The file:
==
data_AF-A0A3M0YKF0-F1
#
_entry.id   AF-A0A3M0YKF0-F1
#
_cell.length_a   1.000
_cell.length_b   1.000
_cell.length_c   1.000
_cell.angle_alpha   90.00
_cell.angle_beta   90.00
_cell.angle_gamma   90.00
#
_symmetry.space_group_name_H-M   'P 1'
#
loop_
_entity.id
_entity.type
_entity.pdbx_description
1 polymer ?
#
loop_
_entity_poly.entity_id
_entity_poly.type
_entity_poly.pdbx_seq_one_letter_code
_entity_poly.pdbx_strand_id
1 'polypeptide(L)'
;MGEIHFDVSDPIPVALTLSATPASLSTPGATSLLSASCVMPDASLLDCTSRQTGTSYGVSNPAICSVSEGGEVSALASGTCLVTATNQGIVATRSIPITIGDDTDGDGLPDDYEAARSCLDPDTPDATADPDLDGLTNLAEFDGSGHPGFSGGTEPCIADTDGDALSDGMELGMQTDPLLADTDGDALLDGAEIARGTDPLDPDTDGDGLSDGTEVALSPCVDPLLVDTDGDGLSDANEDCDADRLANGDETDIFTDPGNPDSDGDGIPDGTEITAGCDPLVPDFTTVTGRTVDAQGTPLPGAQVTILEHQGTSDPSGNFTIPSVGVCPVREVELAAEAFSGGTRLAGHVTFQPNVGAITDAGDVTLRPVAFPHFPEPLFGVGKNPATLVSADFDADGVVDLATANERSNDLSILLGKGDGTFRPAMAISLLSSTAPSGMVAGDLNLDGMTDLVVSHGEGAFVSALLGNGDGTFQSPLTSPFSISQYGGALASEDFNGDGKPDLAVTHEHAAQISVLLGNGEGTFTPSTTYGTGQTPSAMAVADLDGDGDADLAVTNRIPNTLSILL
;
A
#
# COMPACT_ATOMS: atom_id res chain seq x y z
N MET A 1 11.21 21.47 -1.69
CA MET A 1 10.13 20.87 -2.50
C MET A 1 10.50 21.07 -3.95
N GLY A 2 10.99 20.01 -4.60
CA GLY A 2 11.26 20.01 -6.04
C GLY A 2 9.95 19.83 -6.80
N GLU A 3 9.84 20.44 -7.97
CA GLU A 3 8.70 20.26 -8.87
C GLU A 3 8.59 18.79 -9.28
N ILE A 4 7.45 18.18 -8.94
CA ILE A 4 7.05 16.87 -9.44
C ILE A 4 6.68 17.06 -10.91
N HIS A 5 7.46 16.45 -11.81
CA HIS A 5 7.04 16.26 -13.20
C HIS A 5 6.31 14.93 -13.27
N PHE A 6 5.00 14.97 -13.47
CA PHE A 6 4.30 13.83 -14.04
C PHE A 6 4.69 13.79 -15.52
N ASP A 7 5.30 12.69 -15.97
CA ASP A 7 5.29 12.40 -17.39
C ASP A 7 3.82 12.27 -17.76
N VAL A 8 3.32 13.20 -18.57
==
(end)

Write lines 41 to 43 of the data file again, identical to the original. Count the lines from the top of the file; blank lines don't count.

CA ILE A 4 7.05 16.87 -9.44
C ILE A 4 6.68 17.06 -10.91
N HIS A 5 7.46 16.45 -11.81